Rob James-Collier: Oh, You Handsome Devil!
By Aaron Hicklin
We are in Bloomsbury, London, sitting in a tiny French patisserie hardly big enough to contain James-Collier’s boundless energy. When he walks in, he immediately begins by quoting lines from articles of mine that he’s found online. It’s discombobulating. Research is my job. At another point, he puts me on the phone with a friend summoned to serve as a character reference. I feel like a luckless audience member at a comedy show, plucked from the front row as a volunteer for a gag. When I accidentally insert a “Smith” into his surname (it’s that damn hyphenate), he is gleeful as hell. “Aaron has got my name wrong, and he’s now floundering, trying to think of it,” he dictates into my recorder.
That double-barreled name, incidentally, was not his choice. He grew up in Salford, near Manchester, as plain Rob Collier, and might have stayed that way had actors union Equity not intervened to avoid confusion with another Rob Collier. “I said, ‘Can I have Rob James Collier, and they said, ‘Yeah, if you hyphenate it,’ and I said, ‘Well, can I have Rob-James Collier?’ and they said -- and this is true -- ‘No, you have to hyphenate the James and the Collier.’ ” He wasn’t happy. In England, hyphenated surnames are for posh people. “I was, like, ‘That sounds like someone from the aristocracy, as if I’m being somebody I’m not.’ But they insisted,” he recalls ruefully. In Britain, still today, there’s little more disreputable than the man or woman who puts on the airs and graces of the upper class.
I went to school with boys like James-Collier. You probably did, too. They are the entertainers and comedians, who laugh at their own pratfalls. What they lack in confidence they make up for in banter. It’s no surprise to hear that James-Collier is the joker on set, and the one with the loudest mouth. “Most actors are really shy and insular creatures,” he explains. “I’ve just always been a dick.” He remembers his first day at acting class (he found it by consulting the Yellow Pages), and realizing that he’d liberated himself. “We were doing these warm-up exercises, running around doing crazy things with our voices, and, rather than feeling stupid, I just felt that I’d come home,” he says. He was working as a marketing assistant at the time, “listening to Pink Floyd, Dark Side of the Moon -- great album, bad album to listen to if you’re in a rut, ticking away the hours that make up a dull day.” Watching Ricky Gervais’s masterwork, The Office, compounded his sense of futility. “It was my office,” he says. “I thought, I can’t do this for the rest of my life, surely?”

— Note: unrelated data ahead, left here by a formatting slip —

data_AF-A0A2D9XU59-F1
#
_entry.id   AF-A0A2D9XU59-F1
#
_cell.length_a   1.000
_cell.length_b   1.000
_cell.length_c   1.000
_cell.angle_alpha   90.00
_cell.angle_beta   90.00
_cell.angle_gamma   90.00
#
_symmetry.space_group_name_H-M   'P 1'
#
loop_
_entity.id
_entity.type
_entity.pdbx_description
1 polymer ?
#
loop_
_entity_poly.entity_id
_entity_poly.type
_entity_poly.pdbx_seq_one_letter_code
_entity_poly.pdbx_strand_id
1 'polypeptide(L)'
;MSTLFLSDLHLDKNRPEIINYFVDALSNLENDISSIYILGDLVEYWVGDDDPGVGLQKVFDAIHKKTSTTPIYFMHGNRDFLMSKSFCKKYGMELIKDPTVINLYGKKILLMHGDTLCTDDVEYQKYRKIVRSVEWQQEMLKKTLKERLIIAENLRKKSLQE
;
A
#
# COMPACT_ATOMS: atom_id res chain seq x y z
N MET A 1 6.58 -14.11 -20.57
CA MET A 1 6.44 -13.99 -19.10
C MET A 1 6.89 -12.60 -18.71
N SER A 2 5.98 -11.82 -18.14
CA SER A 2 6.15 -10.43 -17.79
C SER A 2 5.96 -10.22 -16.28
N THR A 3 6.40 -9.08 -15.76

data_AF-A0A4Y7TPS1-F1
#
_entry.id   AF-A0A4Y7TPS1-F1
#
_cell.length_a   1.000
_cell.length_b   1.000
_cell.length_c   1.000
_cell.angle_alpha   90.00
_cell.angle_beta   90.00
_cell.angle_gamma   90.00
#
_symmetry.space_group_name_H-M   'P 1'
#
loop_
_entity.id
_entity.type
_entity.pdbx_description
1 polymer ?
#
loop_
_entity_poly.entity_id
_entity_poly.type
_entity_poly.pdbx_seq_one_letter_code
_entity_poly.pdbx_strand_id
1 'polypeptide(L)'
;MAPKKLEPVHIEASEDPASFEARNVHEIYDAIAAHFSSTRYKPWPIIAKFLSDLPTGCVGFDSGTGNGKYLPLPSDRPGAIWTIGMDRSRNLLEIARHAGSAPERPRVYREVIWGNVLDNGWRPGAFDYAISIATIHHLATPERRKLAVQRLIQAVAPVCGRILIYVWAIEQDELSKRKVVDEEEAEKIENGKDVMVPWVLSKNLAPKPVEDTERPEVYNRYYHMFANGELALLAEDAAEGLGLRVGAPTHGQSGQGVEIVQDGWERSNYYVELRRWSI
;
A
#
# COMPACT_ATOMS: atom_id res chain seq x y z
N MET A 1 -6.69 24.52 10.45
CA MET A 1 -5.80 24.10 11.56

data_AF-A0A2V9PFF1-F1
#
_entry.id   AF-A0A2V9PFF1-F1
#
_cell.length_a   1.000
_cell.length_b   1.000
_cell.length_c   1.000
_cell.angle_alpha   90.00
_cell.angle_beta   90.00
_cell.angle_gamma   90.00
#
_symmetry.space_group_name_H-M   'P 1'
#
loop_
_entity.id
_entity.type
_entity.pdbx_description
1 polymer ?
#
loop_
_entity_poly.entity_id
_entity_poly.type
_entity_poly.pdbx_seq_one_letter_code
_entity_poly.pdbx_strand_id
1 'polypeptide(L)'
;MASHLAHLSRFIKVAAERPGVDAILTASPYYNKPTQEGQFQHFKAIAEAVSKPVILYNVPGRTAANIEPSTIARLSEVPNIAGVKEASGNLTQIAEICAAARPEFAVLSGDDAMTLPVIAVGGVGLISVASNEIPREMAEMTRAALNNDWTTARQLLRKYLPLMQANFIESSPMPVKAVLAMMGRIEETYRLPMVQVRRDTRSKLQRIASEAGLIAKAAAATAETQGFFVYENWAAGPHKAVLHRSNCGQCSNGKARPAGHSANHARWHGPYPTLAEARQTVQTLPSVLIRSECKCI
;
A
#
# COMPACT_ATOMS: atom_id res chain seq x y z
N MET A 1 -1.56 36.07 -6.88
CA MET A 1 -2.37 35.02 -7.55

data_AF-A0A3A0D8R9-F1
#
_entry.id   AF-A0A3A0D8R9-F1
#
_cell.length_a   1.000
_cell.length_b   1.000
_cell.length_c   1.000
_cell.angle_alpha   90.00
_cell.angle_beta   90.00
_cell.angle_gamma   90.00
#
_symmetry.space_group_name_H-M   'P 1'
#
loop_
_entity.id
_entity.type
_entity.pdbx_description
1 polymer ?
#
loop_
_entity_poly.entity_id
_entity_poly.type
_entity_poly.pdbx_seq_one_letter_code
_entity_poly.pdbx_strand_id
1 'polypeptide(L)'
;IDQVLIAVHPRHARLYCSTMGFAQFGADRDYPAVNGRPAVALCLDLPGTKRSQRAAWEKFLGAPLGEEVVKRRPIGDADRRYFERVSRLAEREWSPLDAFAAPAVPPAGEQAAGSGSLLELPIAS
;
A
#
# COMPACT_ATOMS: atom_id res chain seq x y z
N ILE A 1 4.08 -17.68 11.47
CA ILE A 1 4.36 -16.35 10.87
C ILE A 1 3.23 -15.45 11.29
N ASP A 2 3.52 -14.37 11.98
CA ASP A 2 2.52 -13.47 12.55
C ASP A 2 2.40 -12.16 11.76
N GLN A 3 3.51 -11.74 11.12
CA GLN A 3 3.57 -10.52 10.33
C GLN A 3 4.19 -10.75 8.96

Oddly, that is the same dilemma facing Thomas Barrow, shackled to servitude as a footman at Downton Abbey, always looking for an opportunity to elevate his station in life -- and failing. His pitiful efforts to establish a black market in rationed goods during season 2 spoke volumes about the limitations confronting Britain’s working class in the Edwardian era. It’s moments like those that save Downton Abbey from being merely an exercise in sumptuous costume porn.
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